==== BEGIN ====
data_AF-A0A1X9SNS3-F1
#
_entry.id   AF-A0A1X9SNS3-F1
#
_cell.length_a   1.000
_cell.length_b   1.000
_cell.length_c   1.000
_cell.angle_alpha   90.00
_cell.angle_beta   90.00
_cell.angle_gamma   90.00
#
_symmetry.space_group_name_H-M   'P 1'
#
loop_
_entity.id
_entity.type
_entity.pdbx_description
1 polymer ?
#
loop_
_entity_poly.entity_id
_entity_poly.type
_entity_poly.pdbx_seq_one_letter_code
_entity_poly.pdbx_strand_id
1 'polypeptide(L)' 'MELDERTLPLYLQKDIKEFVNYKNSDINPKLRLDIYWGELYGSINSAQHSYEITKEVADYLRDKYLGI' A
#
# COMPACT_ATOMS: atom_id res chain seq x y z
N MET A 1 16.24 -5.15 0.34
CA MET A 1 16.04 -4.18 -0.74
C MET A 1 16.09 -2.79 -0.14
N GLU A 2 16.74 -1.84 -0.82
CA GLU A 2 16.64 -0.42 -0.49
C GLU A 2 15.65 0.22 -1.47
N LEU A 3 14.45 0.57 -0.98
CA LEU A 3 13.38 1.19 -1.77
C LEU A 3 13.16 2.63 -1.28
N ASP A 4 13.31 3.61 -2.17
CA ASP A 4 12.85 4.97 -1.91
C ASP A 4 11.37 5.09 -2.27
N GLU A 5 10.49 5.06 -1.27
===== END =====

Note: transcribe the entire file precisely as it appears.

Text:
data_AF-A0A1X9SNS3-F1
#
_entry.id   AF-A0A1X9SNS3-F1
#
_cell.length_a   1.000
_cell.length_b   1.000
_cell.length_c   1.000
_cell.angle_alpha   90.00
_cell.angle_beta   90.00
_cell.angle_gamma   90.00
#
_symmetry.space_group_name_H-M   'P 1'
#
loop_
_entity.id
_entity.type
_entity.pdbx_description
1 polymer ?
#
loop_
_entity_poly.entity_id
_entity_poly.type
_entity_poly.pdbx_seq_one_letter_code
_entity_poly.pdbx_strand_id
1 'polypeptide(L)' 'MELDERTLPLYLQKDIKEFVNYKNSDINPKLRLDIYWGELYGSINSAQHSYEITKEVADYLRDKYLGI' A
#
# COMPACT_ATOMS: atom_id res chain seq x y z
N MET A 1 16.24 -5.15 0.34
CA MET A 1 16.04 -4.18 -0.74
C MET A 1 16.09 -2.79 -0.14
N GLU A 2 16.74 -1.84 -0.82
CA GLU A 2 16.64 -0.42 -0.49
C GLU A 2 15.65 0.22 -1.47
N LEU A 3 14.45 0.57 -0.98
CA LEU A 3 13.38 1.19 -1.77
C LEU A 3 13.16 2.63 -1.28
N ASP A 4 13.31 3.61 -2.17
CA ASP A 4 12.85 4.97 -1.91
C ASP A 4 11.37 5.09 -2.27
N GLU A 5 10.49 5.06 -1.27